From Francis Dana
Feby. 24th: 1783. O.S. [7 March N.S.]
The post of yesterday brôt me your obliging favour of the 5th. of this month N.S. in which you say nothing of the Treaty with Sweden which the Leyden Gazette tells us was signed that day.1 I do not doubt the fact, from the intelligence you gave me some time past of the prepared state of it. My former letter will have advised you of the deficiency of Mr: Grand’s Credit and of my proposal to draw in case of necessity, upon your bank.2 I will pledge my private estate for your security if you will answer the draft when I shall make it. The resolution of Congress which you lately transmitted to me I apprehend can alone make any difficulty. It must be surmounted.
I shall follow your advice about administering the Oath of Allegiance— When I asked your opinion about a certain step wh: I proposed to take, it was not with a view of making you responsible in the least degree for it. I asked it as of my private friend. I perceive your objections to it in their full force, thô you have not particularly assigned them. But a short answer is alone sufficient. Necessity knows no Law. And this Necessity I begin to feel will soon become irresistable. I must and I will take it. They must charge themselves with the disagreable consequences of it, if any shou’d follow from it, of which I am not aware, who have imposed this necessity upon me— I am not sorry that a certain Gentleman3 has resigned, but this resignation can have no influence upon my determination— You will have heard from your Son shortly after the date of your Letter, from Gottenbourg, from whence he wrote me.4 He has been neglectful of my Instructions to keep you constantly informed about himself, while on his route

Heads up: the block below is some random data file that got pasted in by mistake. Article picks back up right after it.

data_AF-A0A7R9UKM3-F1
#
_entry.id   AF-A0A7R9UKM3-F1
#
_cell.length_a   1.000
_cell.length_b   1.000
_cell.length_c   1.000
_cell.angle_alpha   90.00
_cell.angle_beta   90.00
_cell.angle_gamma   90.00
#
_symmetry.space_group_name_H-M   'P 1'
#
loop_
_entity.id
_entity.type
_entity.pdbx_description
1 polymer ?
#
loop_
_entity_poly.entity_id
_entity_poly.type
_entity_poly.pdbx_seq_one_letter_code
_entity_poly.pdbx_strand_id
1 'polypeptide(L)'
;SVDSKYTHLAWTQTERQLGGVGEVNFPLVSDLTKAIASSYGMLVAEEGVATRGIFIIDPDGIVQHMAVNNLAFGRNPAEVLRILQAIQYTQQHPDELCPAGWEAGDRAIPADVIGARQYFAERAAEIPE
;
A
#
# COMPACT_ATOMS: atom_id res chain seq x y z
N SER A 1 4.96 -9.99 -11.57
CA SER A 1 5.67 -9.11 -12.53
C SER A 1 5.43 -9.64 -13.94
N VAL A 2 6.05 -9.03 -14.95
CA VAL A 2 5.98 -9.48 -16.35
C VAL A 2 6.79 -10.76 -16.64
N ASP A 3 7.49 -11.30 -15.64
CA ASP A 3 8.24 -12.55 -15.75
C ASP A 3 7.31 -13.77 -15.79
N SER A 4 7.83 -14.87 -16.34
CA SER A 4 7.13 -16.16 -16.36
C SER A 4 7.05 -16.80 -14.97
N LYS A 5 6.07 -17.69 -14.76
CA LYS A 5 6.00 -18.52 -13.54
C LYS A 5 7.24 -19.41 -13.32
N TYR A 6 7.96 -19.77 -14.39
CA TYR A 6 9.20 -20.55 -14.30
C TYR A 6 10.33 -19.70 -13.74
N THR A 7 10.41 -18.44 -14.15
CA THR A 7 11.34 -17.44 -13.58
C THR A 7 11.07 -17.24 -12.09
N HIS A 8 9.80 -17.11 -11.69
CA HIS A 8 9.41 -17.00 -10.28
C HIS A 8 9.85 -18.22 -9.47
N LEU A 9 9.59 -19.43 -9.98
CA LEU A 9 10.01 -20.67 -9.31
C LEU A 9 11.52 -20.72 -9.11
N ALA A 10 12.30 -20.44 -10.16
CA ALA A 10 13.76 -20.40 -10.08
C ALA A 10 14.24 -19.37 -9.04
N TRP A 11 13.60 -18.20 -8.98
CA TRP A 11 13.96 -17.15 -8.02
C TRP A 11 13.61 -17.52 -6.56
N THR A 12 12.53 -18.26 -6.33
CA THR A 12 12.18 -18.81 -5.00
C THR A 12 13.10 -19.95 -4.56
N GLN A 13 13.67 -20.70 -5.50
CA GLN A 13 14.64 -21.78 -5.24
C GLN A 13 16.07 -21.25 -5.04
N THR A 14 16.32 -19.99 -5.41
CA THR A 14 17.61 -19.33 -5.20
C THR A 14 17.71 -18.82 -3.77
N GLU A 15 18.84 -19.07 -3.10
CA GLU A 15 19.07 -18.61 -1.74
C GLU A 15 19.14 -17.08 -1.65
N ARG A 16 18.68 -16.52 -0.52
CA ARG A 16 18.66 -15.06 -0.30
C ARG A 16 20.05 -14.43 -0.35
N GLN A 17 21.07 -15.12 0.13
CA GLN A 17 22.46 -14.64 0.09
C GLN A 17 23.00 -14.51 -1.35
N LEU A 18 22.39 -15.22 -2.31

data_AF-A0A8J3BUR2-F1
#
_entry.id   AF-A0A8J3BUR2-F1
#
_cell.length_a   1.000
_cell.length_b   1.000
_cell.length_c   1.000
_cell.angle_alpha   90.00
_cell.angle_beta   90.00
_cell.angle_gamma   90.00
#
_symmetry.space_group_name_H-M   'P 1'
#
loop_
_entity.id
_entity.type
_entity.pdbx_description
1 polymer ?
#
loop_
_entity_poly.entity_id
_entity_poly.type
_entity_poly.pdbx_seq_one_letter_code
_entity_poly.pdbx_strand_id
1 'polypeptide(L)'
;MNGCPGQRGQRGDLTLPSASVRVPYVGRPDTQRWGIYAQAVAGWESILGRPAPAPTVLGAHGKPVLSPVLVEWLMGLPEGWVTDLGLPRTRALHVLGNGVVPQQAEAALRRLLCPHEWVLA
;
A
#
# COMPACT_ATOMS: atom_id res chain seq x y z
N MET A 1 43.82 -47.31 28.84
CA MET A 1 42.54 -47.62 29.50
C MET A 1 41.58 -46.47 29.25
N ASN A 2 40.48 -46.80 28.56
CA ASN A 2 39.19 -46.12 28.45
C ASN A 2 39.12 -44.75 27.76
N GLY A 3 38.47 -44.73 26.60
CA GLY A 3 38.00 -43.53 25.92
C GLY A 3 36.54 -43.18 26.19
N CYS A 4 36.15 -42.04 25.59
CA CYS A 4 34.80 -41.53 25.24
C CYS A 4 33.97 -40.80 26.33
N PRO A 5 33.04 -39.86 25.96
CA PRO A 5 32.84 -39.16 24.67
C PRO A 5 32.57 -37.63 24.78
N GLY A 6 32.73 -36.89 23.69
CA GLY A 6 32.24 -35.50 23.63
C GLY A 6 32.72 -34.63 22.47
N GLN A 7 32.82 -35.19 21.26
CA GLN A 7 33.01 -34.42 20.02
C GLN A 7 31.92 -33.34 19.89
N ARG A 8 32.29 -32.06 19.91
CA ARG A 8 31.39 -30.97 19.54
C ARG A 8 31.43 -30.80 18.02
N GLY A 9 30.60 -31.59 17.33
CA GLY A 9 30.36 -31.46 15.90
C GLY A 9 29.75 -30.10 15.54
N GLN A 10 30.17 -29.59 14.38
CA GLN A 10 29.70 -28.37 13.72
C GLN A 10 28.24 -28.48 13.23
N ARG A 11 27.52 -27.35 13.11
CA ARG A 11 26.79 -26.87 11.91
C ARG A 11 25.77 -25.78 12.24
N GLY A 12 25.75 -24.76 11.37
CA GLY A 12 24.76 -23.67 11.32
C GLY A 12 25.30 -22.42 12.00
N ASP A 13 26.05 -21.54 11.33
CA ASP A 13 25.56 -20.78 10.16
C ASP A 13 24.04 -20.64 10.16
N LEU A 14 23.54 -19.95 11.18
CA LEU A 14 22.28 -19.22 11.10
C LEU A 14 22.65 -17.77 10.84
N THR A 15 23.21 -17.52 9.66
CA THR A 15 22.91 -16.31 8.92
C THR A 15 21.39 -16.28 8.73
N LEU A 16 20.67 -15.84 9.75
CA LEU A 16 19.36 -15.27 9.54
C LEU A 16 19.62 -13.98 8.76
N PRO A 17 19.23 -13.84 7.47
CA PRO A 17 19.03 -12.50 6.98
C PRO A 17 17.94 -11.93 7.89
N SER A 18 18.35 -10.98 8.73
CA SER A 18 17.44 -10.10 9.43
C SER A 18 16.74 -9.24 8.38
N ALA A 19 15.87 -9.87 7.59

I have this day communicated my Mission to the Vice Chancellor Count Ostermann, without having been advised to do so by my correspondent; but I had immediate assurances that the way was clear.5 It is strange that any one shou’d have thought otherwise.
Adieu my dear Sir. I am yours affectionately
RC (Adams Papers); internal address: “His Excellency J. Adams / Minister Plenipotentiary &c.” Filmed at 24 February.
3. Robert R. Livingston.
4. JQA’s letter to Dana has not been found.
5. An unidentified member of Catherine II’s private cabinet assured Dana on 5 March that no obstacles remained to prevent Dana from communicating his mission to the vice chancellor, Count Ivan A. Osterman, although there might be some delay in receiving a response. This resulted in Dana’s writing to Osterman on [7 March] to formally announce his appointment as U.S. minister to Russia and his readiness to present his letter of credence from Congress (U.S. and Russia description begins The United States and Russia: The Beginning of Relations, 1765–1815, ed. Nina N. Bashkina and others, Washington, 1980. description ends , p. 175–177). For the progress of Dana’s effort, see his letters of , , and [15 May], all below.